view. See, e.g., Hager, 170 F.R.D. at 78 ("[T]he near absolute protection given by the courts to
opinion work product must give way when a litigant puts his attorney's opinions into direct
issue . . . ."); Cincinnati Ins. Co. v. Zurich Ins. Co., 198 F.R.D. 81, 86 (W.D.N.C. 2000)
("Cincinnati has placed Mr. Sumner's testimony squarely at issue in this case and has therefore
impliedly waived work product protection for both the facts and opinions that underlie his
testimony."); Handgards, Inc. v. Johnson & Johnson, 413 F. Supp. 926, 933 (N.D. Cal. 1976)
("[A]n attorney's opinion work product is discoverable where such information is directly at
issue and the need for production is compelling."); but cf. Cox v. Adm'r U.S. Steel & Carnegie,
17 F.3d 1386, 1422 (11th Cir. 1994) ("[T]he subject-matter waiver doctrine does not extend to
materials protected by the opinion work product privilege.").
Finally, a significant number of the documents on Feld's privilege log actually reflect
attorney work product generated in anticipation of this litigation, rather than in anticipation of
the underlying litigation. See, e.g., Pl.'s Opp'n at 14 (explaining that 36 documents on the
privilege log were created "after Feld won the trial in the Underlying Litigation and concern
Feld's present efforts, on threat of litigation . . . , to obtain full reimbursement of the hourly rates
incurred by his attorneys as well as the $200,000 denied by FFIC for other reasons"). This is
most likely true for documents created after the underlying litigation was over—though is not
necessarily limited to those documents. FFIC's brief comes close to conceding that it is not
entitled to discovery of these documents. See Def.'s Reply at 17 n.5. To be clear: both waiver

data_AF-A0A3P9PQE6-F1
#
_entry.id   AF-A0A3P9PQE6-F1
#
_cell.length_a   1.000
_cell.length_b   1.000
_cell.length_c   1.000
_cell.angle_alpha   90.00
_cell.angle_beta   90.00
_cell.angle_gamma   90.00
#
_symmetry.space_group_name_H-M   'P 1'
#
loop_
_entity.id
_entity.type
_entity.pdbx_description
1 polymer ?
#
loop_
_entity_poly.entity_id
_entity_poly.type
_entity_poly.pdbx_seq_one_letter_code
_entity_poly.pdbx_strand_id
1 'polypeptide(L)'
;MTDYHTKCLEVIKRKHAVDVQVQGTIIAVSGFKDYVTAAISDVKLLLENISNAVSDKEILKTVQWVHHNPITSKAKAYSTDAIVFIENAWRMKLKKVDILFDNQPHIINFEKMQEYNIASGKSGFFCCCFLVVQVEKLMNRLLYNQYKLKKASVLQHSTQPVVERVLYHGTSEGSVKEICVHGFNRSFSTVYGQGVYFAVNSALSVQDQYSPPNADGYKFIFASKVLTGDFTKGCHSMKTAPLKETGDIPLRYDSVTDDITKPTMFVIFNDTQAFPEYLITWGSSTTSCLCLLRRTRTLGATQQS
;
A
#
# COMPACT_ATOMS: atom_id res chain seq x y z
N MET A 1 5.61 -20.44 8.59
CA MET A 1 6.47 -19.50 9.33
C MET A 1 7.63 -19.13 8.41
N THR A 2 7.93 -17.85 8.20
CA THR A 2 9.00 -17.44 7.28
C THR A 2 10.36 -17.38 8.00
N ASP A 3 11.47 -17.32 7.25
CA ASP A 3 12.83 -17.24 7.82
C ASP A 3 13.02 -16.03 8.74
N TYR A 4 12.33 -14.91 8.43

holdings apply only to documents and communications generated in connection with the
underlying personal injury litigation for which Feld seeks reimbursement of attorney's fees. The
reason is simple: Feld has not put the work of his attorneys on this litigation at issue in this case,
so any privilege claims over those documents and communications remain valid—even assuming
such documents were otherwise within the scope of permissible discovery, and responsive to
FFIC's discovery requests.
To the extent individual documents (or portions thereof) were
generated in anticipation of both cases, producing documents in redacted form may be required.
Cf. Deloitte, 610 F.3d at 138 ("[A] document can contain protected work-product material even
though it serves multiple purposes, so long as the protected material was prepared because of the
prospect of litigation.").
It will be the responsibility of the parties—and Feld, in the first instance—to comply with
these directives in good faith. See, e.g., Hildebrandt v. Vilsack, 287 F.R.D. 88, 94 (D.D.C. 2012)
("Courts may impose a range of sanctions, including dismissal, where a party fails to comply
with a discovery order."). Accordingly, the Court instructs Feld's counsel to review the yellow
and purple documents again, and to do so with an open mind, in good faith. For each document,
Feld's counsel should ask the following questions: (1) whether the document was prepared
"because of" the underlying litigation with Karen Feld, and (2) whether it relates either to the
reasonableness of fees or to a potential agreement regarding hourly rates. If the answer to both
questions is "yes," and it is otherwise responsive to FFIC's discovery requests, then it must be
produced, even if it was once protected as attorney work product. Based on a review of Feld's
privilege log, the Court expects that a large number of documents that have been withheld will
need to be produced, including (but not necessarily limited to) virtually all of the documents that
are marked as work product in anticipation of the underlying litigation. Inevitably, judgment
calls will be made, and the parties may not agree—at least initially—with respect to every single
document. But such disputes are typically and appropriately resolved between the parties,
proceeding in good faith. The Court is confident that the parties will work together to implement
this order faithfully and promptly. Further intervention from this Court should not be necessary.
For the foregoing reasons, the Court will grant in part and deny in part FFIC's motion to
compel. A separate order accompanies this memorandum opinion.
JOHN D. BATES
United States District Judge
Dated: December 23, 2013